And then in terms of as we're looking at revising courses, so the one benefit we have with having this kind of centralized created curriculum that our faculty facilitate, is the fact that we have a revision schedule that we go through. And you're going back and looking at old courses to bring them up to speed, whether that's because content has changed, new developments have hit the field. We're very practitioner focused in the University of Phoenix. And our courses go through a course revision schedule quite a bit. So it's building that accessibility into that mechanism.

Sonka: Yeah, ours is a combo approach. So new faculty coming in, instructors, we tell them what's going on, we work with them. But then we do have a plan for remediation for older courses. You know, some courses maybe won't be taught again. Or they only need to change a few things.

But the hope is, as we talk to you about creating a new course, keep this in mind for when you're ready to review your course to be taught again. Certainly we have people, instructors who come in for one course. They're graduate students. But it's still just as important to us that we're talking to them because they'll continue to teach, at MSU or somewhere else. And unless you were elsewhere … ensuring that we're continuing this conversation is what we're looking to do.

IDL: So we have a text question that came in. Can you please outline the most important components to accessibility for vendors and lecture capture?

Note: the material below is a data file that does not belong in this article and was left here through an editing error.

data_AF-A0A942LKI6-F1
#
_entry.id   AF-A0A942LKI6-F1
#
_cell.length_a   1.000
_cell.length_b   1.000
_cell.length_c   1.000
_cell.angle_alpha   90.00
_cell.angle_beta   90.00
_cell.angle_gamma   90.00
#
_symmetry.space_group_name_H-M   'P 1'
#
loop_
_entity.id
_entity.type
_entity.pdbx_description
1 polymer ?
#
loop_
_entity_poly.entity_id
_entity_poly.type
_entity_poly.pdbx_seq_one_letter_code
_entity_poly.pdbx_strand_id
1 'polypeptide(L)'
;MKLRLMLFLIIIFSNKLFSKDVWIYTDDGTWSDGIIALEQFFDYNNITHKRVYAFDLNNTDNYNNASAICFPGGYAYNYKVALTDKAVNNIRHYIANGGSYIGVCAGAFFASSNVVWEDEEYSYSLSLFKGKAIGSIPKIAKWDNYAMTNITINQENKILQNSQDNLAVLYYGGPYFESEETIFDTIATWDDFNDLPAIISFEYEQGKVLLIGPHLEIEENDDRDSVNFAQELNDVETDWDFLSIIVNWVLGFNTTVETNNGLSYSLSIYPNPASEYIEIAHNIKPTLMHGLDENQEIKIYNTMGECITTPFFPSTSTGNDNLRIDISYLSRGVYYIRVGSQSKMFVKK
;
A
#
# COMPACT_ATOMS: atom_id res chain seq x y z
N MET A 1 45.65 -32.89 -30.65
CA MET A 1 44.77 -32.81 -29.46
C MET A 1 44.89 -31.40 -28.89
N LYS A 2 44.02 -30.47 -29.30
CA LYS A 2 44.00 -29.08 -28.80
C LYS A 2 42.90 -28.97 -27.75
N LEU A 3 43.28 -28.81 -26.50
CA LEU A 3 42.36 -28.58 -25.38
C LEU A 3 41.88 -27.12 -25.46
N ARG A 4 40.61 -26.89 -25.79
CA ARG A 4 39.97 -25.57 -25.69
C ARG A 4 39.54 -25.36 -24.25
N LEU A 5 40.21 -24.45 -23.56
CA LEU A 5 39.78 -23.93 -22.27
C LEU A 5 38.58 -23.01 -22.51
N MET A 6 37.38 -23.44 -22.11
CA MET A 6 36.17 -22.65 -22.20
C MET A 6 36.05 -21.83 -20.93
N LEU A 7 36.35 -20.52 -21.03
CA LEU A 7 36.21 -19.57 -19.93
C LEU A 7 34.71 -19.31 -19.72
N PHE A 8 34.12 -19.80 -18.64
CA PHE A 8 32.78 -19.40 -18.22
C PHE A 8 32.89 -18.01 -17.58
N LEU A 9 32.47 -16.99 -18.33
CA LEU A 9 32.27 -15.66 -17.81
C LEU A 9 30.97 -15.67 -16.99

Hermann: We don't do lecture capture at the University of Phoenix, so I can't necessarily talk specifically about that so much. What I can say is, what we need to look at is why are we using the tool? What learning objective is it helping us to meet? What is the interface and the experience like so that then I know, am I more worried about the experience that a student who can't see is going to have, or am I more worried about the experience somebody who can't hear is going to have? Or am I worried about the way that the directions are there and how intuitive is the interface? And how can that student actually be able to interact with it? And that kind of guides what I'm going to talk to the vendor about.

IDL: What are the biggest areas of pushback to the extent that you're hearing it? I imagine you wouldn't get a lot of people saying, I don't care about this. This is important. But what are the limitations … that you hear, is it lack of training? Is it lack of time?

Sonka: Time, yeah. Going to a faculty member and saying, here's what you need to do to prepare for your course. And then [the professor] coming in and saying, hey, class starts in two weeks, I don't have time to do this because … we weren't able to schedule two weeks out or whatever it may be. Or, hey, we have to go back and remediate your prior course before you get ready. So it's time. But then that's a conversation to have with faculty. It's OK, we're going to work through this together. We'll get it done for this semester. Now you know, so for next semester, keep this in mind when you're designing. If you forget, call me.

So time … because they're strapped for time. They're dealing with other things as well. So we're always sensitive to that and do our best with work with them and help them kind of tackle that.

Hermann: What I’d add to that, I just started at the University of Phoenix in January. So one of the questions that I was frequently asked was, Kelly, why are we prioritizing the needs of a few students at the expense of the many? And a lot of times people think that … if I’m doing this for accessibility and for this small population of students, somehow you're taking away from all of the other students. No, that's not the case, because these things are going to benefit all of our students.